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Cinematic odyssey

Posted by: Richard Abbey
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Leeds International Film Festival returns to the city from 3-19 November and is the biggest to date. Northside spoke to director Chris Fell to find out more.

If you thought film festivals were restricted to key cities like Cannes, New York and London, you’d be mistaken. In the UK alone there are over 30 film-related festivals, the majority of which take place outside the capital city. 

You’ll find festivals focusing on short films, documentaries, animation, comedy… the list goes on. Leeds International Film Festival (LIFF) is the largest film event of its kind in the North and covers a lot of everything – feature films, short films, animation and more. This year it is even bigger, running over 17 days between 3 and 19 November. 


The festival was started in 1987 by a group of passionate volunteers before being taken under the wing of Leeds City Council who have helped it to grow and evolve over the years. Over the course of the festival, LIFF will screen over 240 films in venues including the Vue and Everyman cinemas in the city centre, Cottage Road Cinema in Headingley, and the recently re-opened Hyde Park Picture House. 


“It’s a fantastic place and they’ve done a fantastic job with it,” said festival director Chris Fell of Hyde Park Picture House. “They’ve kept a lot of the original features, inside and outside, and they’ve added a second screen which is fantastic for us.


“We’ve decided to have our opening film there, which is Poor Things, to celebrate their opening. Having Poor Things as our opening film is a real coup, it won the Golden Lion at Venice Film Festival and it’s got fantastic reviews. We’re thrilled to be opening with it.”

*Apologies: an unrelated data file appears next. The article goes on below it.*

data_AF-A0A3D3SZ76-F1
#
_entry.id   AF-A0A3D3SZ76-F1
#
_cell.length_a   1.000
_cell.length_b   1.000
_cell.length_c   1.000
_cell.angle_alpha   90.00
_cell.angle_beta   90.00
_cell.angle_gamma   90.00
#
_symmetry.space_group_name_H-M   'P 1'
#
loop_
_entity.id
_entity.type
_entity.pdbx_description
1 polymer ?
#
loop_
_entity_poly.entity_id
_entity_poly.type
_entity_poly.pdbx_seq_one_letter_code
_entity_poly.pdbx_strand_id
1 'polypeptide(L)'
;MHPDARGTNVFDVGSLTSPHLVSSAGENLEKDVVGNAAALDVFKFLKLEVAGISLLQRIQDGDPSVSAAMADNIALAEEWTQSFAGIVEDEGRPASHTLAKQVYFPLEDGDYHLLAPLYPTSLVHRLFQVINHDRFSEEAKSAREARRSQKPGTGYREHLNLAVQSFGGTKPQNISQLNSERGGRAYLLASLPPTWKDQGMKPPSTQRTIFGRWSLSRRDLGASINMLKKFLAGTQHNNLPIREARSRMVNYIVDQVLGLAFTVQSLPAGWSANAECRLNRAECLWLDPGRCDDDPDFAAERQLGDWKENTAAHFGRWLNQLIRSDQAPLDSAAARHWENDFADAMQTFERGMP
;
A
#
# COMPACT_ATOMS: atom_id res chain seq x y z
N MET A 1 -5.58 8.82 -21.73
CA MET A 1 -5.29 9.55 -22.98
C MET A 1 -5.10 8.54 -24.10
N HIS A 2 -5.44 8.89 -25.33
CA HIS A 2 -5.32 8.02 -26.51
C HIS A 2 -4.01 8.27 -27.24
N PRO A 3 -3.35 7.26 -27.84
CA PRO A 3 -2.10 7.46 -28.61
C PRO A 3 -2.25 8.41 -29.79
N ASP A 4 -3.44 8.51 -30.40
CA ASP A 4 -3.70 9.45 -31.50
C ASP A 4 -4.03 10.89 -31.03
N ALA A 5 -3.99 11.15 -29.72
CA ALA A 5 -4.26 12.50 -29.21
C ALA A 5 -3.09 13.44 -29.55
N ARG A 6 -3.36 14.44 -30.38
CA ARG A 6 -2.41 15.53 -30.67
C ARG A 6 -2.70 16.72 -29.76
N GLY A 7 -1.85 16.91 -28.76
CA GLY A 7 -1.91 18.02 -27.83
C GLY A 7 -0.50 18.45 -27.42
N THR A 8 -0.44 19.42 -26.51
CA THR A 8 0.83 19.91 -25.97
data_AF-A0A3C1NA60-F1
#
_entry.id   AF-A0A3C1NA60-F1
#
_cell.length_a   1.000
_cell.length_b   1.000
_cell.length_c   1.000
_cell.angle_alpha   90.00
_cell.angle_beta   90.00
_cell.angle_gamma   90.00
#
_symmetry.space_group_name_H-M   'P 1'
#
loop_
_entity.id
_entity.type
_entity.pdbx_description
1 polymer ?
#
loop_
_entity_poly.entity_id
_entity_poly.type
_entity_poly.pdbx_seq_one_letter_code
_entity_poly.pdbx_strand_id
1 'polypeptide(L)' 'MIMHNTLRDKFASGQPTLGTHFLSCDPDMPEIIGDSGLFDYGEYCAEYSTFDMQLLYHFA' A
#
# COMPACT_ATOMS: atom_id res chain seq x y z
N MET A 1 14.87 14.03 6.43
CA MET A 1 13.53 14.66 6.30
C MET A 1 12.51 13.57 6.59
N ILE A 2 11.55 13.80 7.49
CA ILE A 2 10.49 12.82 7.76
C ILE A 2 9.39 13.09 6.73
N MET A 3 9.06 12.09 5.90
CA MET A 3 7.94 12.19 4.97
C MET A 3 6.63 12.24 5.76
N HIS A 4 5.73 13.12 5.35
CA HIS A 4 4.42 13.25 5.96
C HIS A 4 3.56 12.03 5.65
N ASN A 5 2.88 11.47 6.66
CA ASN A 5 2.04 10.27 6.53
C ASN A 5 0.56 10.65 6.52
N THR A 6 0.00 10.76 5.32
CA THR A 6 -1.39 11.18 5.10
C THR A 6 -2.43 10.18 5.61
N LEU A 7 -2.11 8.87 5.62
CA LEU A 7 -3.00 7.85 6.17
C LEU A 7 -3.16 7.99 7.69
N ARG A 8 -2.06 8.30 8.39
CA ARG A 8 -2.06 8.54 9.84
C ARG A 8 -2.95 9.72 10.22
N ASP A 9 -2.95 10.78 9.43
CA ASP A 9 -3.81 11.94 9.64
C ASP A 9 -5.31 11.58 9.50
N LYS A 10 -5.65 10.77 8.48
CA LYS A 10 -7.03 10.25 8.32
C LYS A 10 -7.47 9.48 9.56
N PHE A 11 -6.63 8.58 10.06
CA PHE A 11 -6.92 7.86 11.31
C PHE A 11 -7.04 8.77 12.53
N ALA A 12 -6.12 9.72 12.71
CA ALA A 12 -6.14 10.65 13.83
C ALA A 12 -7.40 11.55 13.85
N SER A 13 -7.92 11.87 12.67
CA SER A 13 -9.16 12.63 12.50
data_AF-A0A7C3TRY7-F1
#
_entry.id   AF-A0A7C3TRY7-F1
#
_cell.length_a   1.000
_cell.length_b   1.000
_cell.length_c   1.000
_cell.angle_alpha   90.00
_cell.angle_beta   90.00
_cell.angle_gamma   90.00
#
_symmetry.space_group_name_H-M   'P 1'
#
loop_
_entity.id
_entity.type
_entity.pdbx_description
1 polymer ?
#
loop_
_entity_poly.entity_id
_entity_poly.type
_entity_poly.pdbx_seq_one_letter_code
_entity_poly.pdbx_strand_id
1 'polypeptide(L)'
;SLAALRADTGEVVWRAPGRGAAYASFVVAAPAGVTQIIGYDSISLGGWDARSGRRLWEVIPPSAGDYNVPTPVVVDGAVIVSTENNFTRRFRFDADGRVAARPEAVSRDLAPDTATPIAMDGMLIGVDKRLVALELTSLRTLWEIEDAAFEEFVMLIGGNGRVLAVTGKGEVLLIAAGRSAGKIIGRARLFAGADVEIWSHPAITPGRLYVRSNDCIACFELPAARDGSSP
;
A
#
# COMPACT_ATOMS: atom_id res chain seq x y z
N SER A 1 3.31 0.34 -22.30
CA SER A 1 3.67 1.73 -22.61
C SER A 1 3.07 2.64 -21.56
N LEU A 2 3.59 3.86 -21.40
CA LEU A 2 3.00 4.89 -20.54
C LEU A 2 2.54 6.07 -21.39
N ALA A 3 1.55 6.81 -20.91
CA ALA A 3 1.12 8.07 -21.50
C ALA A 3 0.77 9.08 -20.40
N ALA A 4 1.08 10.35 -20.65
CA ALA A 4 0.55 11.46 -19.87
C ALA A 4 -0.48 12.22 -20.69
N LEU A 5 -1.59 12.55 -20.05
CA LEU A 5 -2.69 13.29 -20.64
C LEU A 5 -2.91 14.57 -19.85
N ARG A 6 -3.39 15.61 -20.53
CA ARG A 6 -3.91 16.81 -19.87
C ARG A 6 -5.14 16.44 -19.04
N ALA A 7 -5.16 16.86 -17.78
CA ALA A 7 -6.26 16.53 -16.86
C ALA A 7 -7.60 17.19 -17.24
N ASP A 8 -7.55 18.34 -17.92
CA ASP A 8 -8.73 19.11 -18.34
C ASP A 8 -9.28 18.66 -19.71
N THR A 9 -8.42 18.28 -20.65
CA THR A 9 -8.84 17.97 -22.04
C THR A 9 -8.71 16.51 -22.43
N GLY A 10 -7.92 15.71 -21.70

Closing the festival will be a low-budget Lithuanian film called Slow, which hasn’t got any UK distribution so will present UK audiences with a rare opportunity to see the film on the big screen. 


“There’s so many films that get missed by audiences each year,” said Chris. “We keep trying to help that change. Sometimes a film we show will get bought by a UK distributor and circulated or sometimes films we show get toured, either by us or other organisations.


“For me, it’s all about sharing with audiences films that they may not otherwise get to see. We do previews of big films but most of the films we show and support are under the radar and we think, as a team, they deserve to be seen.” 


Chris has been director of Leeds International Film Festival since 1999 and, like the huge team of staff and volunteers that support him, is hugely passionate about film, although he was something of a late starter. 


“I started volunteering in a small cinema in Bradford in the 1990s as an usher,” he recalled. “Some of the films I watched were by Krzysztof Kie?lowski, who made the Three Colours Trilogy, I’d never seen films like that before. It made me realise that there’s a whole other world of film.”